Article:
RBI paints a realistic growth picture for PM Narendra Modi

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Published: October 4, 2017 4:49:55 PM

Though there are divergent views on the need for interest rate cut to boost growth, the Reserve Bank of India’s stance of holding the rate for now needs to be judged on the basis of its projection of inflation and growth going ahead.

RBI,  RBI Monetary Policy Committee, policy repo rate,  consumer price index, Arun Jaitley, Narendra Modi, MPC The RBI Monetary Policy Committee (MPC) has decided to keep the policy repo rate unchanged at 6%. (Reuters)

santosh tiwari first take, manmohan singh on gst, gst manmohan singh, narendra modi, narendra modi gstThough there are divergent views on the need for interest rate cut to boost growth, the Reserve Bank of India’s stance of holding the rate for now needs to be judged on the basis of its projection of inflation and growth going ahead.

The RBI Monetary Policy Committee (MPC) has decided to keep the policy repo rate unchanged at 6%. It has pointed out that: “The decision of the MPC is consistent with a neutral stance of monetary policy in consonance with the objective of achieving the medium-term target for consumer price index (CPI) inflation of 4 per cent within a band of +/- 2 per cent, while supporting growth.”

While the RBI decision on avoiding a rate cut at this juncture is not surprising despite the government and majority of experts demanding this to spur growth, it is the growth outlook of the central bank that will help prime minister Narendra Modi and finance minister Arun Jaitley in countering the forecasts of an impending crash landing of the economy.

To begin with, it has clearly outlined the concern areas, and has then revised the growth projection to a realistic level, which can be taken as a benchmark for all discussions related to the steps required for reviving growth in the coming quarters, after it slipped to 5.7% in the first quarter of FY18.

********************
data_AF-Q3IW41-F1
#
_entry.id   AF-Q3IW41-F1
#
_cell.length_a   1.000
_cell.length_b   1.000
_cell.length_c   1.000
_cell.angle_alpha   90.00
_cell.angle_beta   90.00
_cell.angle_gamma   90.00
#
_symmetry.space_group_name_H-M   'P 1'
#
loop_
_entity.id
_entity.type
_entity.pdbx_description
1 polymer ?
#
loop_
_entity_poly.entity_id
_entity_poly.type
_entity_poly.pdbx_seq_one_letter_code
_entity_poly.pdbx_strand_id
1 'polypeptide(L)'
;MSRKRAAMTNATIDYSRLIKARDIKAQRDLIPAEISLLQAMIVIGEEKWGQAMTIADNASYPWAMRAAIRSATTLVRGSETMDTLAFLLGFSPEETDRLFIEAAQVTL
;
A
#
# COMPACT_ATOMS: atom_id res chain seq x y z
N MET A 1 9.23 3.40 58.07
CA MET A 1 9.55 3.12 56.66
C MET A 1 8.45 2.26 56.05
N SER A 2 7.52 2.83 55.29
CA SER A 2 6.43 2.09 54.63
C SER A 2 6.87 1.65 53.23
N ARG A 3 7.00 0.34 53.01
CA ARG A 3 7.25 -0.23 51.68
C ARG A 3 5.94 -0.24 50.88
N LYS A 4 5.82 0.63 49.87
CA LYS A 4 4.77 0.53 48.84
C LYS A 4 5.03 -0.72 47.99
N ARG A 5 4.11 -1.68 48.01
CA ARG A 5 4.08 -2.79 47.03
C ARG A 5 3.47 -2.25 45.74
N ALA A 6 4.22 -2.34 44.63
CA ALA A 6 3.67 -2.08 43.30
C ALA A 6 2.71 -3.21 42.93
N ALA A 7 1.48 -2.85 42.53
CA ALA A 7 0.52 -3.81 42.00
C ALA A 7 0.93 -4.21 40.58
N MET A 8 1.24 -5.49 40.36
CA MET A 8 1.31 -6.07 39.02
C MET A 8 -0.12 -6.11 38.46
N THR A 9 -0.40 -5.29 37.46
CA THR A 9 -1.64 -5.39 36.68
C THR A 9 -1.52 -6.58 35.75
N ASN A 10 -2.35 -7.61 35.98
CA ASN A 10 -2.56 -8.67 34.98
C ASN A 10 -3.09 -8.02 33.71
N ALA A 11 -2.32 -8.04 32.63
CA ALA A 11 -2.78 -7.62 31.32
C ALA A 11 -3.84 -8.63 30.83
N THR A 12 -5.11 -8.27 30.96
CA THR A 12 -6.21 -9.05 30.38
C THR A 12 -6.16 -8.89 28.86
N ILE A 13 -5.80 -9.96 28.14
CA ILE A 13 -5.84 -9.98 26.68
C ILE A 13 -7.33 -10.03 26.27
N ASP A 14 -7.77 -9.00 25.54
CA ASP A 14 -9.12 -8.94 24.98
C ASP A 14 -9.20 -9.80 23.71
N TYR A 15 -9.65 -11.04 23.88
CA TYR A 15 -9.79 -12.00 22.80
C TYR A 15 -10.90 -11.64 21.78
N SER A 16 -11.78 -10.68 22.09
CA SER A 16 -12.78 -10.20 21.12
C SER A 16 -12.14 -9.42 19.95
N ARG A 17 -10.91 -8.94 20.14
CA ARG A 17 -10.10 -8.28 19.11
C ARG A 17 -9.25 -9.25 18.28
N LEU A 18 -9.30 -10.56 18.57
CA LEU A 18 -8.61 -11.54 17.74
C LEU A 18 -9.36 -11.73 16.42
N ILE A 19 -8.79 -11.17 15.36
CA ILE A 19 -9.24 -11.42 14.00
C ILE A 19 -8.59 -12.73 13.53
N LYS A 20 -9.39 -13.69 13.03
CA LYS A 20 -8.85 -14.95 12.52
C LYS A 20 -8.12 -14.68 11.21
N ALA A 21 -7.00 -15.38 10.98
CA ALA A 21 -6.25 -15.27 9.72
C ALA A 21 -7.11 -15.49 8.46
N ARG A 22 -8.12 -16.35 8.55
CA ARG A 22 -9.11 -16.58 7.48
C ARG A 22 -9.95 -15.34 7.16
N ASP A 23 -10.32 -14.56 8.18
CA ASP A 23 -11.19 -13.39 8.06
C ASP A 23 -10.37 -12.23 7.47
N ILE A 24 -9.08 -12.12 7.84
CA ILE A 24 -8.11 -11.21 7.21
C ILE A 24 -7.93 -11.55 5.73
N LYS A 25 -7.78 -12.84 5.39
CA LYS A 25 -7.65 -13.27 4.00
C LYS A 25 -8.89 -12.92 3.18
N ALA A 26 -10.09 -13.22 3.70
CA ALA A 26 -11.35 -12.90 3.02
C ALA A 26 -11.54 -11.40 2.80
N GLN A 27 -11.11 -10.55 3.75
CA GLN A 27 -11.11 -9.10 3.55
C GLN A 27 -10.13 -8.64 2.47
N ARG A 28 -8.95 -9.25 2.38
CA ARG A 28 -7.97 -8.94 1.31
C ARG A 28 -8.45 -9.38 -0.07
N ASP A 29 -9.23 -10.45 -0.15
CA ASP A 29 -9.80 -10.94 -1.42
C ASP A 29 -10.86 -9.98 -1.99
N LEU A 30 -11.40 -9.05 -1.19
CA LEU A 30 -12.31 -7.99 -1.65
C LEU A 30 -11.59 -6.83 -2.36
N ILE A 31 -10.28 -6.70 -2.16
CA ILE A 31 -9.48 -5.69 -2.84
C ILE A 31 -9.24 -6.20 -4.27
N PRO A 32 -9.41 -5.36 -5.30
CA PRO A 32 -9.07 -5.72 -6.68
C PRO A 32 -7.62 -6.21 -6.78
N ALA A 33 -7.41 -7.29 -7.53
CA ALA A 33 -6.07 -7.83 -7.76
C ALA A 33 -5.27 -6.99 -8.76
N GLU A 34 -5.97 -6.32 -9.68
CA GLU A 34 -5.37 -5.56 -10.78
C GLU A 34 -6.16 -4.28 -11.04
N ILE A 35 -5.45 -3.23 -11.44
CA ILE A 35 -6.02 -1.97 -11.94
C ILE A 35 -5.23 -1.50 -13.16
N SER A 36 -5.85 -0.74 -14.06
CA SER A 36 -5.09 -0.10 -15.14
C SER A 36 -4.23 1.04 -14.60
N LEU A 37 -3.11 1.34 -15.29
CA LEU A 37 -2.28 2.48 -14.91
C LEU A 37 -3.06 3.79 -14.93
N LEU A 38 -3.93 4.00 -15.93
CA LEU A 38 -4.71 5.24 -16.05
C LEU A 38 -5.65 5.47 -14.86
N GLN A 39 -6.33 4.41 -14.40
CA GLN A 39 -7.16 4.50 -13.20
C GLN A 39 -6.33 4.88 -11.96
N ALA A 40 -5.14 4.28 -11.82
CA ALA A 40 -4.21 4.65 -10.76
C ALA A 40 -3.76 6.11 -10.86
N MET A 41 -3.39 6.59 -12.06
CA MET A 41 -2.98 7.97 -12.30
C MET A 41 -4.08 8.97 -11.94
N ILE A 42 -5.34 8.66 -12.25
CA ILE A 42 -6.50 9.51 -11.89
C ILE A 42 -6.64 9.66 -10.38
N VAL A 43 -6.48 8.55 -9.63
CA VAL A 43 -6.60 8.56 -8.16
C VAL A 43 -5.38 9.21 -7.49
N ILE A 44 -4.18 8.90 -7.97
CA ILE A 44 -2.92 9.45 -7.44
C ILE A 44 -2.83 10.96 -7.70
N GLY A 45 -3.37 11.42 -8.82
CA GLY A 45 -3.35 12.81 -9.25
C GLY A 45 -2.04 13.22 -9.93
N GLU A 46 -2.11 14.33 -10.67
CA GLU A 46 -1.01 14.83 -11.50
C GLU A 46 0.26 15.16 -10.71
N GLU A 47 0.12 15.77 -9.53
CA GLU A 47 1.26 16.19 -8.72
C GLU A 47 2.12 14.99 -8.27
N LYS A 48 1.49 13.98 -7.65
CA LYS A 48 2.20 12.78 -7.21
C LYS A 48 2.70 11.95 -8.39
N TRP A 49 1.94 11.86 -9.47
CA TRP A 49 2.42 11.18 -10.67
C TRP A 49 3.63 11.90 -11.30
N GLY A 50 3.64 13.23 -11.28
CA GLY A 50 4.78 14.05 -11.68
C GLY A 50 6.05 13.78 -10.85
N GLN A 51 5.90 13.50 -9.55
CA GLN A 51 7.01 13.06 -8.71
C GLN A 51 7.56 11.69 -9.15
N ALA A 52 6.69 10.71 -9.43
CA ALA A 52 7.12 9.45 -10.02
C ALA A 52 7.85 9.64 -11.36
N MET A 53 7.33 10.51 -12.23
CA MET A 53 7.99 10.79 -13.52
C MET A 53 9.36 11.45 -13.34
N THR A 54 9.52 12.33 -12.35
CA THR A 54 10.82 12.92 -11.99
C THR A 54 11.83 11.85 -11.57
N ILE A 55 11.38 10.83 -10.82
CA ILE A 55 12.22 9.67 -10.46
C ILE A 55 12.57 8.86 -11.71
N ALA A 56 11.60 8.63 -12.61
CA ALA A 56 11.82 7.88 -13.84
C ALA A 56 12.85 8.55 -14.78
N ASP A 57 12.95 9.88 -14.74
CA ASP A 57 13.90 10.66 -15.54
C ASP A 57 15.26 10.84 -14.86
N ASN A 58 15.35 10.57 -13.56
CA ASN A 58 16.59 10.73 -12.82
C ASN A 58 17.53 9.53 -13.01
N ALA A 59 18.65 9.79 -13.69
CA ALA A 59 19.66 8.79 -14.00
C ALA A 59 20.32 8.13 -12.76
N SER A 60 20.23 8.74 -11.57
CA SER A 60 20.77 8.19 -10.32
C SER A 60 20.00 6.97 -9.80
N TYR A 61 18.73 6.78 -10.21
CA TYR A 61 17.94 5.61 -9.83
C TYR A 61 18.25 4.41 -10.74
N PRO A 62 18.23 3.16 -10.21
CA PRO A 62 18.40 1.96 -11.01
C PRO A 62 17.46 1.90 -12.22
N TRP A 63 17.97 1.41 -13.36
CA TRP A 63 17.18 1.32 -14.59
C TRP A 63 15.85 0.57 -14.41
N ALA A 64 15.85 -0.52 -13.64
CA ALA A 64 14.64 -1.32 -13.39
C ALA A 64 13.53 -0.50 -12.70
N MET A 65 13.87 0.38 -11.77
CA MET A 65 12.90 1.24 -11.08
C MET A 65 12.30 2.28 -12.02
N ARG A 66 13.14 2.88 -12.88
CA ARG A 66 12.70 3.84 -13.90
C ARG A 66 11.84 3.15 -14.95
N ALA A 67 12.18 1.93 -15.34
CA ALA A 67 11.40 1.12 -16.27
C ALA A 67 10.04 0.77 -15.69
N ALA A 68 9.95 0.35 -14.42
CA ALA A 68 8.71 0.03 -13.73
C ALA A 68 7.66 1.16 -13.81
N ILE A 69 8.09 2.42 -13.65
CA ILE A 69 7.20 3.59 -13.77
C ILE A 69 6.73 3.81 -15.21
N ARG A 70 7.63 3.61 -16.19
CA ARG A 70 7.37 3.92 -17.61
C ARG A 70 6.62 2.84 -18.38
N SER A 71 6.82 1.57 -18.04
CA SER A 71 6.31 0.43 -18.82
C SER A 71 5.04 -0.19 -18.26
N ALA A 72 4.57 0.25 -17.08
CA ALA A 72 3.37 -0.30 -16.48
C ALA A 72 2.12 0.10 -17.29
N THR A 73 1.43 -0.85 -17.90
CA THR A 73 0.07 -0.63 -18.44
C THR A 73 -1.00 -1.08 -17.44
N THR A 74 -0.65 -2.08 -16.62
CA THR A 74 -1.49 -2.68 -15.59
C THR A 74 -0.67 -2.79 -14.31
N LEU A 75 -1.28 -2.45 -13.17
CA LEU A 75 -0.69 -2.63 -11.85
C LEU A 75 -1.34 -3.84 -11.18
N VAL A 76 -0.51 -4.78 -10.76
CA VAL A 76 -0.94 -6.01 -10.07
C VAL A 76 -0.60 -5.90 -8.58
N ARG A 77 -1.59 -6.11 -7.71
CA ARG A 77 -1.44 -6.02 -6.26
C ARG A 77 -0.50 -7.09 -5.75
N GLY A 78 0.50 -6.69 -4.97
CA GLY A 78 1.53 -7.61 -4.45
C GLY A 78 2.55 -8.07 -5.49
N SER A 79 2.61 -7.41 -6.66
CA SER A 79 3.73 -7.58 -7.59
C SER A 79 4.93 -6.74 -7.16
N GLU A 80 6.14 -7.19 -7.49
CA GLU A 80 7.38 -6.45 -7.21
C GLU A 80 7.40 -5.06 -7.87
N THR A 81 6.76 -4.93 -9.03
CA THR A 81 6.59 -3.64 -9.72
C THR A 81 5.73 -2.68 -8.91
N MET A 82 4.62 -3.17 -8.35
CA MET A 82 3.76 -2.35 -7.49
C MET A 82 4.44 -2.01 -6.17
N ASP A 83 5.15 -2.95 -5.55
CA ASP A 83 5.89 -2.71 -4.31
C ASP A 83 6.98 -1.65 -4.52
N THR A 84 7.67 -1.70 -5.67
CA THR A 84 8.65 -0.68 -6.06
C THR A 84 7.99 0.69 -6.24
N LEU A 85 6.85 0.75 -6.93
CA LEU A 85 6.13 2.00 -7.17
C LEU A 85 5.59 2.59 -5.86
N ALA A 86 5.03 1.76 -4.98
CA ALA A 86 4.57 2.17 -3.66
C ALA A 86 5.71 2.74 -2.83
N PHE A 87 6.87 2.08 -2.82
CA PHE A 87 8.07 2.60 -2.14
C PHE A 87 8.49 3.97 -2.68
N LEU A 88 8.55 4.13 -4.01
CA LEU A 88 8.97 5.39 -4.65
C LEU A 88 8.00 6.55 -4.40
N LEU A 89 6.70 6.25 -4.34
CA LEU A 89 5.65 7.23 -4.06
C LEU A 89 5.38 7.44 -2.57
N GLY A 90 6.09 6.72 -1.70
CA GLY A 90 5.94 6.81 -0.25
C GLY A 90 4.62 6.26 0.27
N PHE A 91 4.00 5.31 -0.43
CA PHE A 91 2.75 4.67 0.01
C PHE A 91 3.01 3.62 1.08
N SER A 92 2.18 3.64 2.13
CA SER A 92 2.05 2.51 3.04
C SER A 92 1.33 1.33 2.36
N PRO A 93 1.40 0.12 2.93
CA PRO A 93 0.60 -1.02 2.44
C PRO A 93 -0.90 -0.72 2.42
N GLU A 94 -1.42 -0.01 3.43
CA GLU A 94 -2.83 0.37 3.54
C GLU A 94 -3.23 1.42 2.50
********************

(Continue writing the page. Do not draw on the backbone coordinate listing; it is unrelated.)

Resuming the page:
“….. the loss of momentum in Q1 of 2017-18 and the first advance estimates of kharif foodgrains production are early setbacks that impart a downside to the outlook. The implementation of the GST so far also appears to have had an adverse impact, rendering prospects for the manufacturing sector uncertain in the short term”, RBI has said in its outlook, pointing out that, “This may further delay the revival of investment activity, which is already hampered by stressed balance sheets of banks and corporate”.

The good news is that though the “Consumer confidence and overall business assessment of the manufacturing and services sectors surveyed by the Reserve Bank weakened in Q2 of 2017-18; on the positive side, firms expect a significant improvement in business sentiment in Q3”.

All this has led to RBI revising its projection of real GVA growth for 2017-18 to 6.7% from the August 2017 projection of 7.3%.

To counter criticism on growth concerns, the MPC has clearly cut out the task for the government.

While reforms and measures including GST, demonetisation and resolution of NPAs will start yielding results in the medium- to long-term, reinvigorating investment activity will play the key role here.

Recapitalising public sector banks adequately will ensure enhanced credit flow to the productive sectors, while focus on infrastructure, faster roll-out of affordable housing and improvement in ease of doing business scenario, including the resolution of GST issues quickly, will also support growth.

Overall, RBI growth outlook has done well by signaling that despite concerns, there is nothing to panic on the economic growth front.

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